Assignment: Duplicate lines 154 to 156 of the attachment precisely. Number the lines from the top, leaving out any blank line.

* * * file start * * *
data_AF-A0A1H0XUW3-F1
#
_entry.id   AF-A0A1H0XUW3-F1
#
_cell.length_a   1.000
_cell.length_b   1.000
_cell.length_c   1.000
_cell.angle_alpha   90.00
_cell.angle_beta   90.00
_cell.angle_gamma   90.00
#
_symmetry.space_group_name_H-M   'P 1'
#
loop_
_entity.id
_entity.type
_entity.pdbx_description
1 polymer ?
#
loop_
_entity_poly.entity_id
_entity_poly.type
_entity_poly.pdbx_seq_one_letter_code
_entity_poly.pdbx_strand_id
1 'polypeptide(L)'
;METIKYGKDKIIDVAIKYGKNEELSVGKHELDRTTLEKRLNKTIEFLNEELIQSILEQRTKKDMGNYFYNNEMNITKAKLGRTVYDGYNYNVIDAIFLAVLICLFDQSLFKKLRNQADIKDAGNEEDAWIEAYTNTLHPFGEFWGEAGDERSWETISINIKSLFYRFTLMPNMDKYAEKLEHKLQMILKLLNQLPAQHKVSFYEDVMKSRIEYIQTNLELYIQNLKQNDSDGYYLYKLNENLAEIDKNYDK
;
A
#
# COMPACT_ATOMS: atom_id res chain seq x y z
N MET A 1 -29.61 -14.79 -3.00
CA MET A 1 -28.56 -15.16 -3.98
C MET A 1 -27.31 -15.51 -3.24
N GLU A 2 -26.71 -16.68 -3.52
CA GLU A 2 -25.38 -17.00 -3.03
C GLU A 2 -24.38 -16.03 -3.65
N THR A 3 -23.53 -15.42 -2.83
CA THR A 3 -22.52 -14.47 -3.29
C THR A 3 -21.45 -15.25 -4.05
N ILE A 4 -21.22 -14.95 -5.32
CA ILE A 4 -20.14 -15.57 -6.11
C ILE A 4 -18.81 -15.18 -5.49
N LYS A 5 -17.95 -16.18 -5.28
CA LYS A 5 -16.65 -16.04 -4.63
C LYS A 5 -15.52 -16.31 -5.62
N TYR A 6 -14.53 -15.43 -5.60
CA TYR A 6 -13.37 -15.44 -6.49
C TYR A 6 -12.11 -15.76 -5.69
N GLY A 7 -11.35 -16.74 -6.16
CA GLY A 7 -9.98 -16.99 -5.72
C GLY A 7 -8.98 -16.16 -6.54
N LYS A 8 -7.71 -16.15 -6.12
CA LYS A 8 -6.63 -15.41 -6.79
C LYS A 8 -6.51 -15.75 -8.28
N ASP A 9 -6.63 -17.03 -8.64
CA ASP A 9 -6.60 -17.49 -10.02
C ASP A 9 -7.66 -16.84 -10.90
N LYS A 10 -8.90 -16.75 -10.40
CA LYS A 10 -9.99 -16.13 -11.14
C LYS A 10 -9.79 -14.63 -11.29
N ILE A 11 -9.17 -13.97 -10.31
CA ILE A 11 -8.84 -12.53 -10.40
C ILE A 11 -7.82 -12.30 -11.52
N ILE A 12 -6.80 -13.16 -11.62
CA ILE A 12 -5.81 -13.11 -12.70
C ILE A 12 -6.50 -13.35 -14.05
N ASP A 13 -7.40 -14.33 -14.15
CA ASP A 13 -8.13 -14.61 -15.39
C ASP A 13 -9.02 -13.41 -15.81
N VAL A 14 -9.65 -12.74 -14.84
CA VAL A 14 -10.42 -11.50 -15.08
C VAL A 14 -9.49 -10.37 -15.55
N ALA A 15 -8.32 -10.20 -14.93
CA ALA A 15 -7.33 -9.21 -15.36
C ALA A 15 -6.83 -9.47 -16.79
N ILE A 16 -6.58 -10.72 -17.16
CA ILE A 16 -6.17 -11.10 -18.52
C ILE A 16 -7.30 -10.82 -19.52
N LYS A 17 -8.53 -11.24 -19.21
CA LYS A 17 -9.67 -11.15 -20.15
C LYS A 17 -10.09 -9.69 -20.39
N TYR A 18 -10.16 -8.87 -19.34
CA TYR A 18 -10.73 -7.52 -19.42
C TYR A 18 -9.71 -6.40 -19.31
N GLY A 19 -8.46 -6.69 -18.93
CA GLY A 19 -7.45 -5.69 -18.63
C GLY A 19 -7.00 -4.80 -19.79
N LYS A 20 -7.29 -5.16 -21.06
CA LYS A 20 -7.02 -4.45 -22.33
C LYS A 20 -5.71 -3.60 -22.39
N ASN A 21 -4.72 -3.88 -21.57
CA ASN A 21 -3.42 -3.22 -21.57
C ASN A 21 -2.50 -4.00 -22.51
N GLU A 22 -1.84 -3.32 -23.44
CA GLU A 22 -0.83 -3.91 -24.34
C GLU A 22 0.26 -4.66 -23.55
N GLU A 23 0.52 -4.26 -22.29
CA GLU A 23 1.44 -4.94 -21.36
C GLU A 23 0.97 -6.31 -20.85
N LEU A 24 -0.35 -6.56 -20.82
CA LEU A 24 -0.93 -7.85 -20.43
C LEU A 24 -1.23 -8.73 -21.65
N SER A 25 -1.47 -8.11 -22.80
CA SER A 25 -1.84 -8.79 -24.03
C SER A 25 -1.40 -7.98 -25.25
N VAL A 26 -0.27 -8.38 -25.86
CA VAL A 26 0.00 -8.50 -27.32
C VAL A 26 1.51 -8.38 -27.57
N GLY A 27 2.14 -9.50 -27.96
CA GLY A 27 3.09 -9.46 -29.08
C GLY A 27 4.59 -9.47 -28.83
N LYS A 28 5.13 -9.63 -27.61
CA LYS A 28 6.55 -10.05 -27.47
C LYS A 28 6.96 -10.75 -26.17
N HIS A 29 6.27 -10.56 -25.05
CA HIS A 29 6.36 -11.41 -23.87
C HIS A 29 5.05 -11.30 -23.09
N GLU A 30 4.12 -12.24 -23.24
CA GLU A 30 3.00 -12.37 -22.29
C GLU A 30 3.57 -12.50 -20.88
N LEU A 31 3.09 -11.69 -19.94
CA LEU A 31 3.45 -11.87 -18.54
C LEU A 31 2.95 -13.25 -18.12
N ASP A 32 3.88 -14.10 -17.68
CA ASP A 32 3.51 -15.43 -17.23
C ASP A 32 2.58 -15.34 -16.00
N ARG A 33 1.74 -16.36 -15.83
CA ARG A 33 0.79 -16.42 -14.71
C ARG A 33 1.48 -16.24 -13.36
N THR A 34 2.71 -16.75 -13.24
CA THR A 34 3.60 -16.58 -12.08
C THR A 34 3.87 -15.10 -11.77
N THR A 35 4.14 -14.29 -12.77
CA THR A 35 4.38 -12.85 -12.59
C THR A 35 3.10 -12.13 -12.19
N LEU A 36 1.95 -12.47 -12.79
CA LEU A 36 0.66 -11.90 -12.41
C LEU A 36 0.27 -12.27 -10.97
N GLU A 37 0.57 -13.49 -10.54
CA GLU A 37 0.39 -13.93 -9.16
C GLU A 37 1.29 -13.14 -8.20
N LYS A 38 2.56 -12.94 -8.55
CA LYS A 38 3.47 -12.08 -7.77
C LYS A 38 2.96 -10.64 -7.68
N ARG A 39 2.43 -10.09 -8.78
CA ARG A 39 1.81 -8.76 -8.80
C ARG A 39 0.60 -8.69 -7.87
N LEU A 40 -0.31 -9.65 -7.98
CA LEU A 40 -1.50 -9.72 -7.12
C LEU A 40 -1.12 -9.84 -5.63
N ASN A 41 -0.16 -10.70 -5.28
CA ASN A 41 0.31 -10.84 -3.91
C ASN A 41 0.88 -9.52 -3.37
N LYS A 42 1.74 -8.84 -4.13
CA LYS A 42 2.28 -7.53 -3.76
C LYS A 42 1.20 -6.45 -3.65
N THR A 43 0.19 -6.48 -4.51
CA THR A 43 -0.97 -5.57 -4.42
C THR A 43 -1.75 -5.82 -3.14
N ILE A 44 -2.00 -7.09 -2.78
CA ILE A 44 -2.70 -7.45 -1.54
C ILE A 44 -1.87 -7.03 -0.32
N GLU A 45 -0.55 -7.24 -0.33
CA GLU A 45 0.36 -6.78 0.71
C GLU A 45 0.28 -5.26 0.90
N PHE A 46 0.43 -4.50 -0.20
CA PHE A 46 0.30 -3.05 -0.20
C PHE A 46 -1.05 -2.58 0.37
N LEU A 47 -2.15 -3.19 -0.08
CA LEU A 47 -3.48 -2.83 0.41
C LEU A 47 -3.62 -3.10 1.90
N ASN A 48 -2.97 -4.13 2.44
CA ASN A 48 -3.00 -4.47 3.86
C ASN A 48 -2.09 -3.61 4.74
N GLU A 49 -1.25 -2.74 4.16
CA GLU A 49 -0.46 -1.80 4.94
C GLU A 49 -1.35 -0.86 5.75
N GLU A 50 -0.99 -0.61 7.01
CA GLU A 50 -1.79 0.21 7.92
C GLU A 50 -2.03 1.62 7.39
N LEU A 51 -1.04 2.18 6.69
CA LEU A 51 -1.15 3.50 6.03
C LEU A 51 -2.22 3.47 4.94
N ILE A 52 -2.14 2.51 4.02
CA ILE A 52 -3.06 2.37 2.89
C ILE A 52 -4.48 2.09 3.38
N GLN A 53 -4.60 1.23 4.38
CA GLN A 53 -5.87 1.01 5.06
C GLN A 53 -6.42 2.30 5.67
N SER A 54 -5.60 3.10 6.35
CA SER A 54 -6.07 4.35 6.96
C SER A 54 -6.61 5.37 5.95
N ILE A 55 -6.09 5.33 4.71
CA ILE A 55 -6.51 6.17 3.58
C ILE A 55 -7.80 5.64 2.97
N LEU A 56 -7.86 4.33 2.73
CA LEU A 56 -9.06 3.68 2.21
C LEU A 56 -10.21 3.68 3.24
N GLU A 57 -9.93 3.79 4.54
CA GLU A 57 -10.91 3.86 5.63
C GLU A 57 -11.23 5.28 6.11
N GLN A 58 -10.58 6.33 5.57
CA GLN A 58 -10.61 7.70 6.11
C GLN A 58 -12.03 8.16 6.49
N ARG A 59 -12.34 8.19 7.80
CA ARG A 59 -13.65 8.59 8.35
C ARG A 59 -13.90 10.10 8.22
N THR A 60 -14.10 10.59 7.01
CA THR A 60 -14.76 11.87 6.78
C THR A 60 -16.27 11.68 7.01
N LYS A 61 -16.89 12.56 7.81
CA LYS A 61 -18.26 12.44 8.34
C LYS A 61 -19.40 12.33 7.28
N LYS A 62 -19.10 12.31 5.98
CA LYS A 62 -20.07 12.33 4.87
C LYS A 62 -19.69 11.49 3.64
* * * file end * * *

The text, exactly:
N LYS A 42 1.74 -8.84 -4.13
CA LYS A 42 2.28 -7.53 -3.76
C LYS A 42 1.20 -6.45 -3.65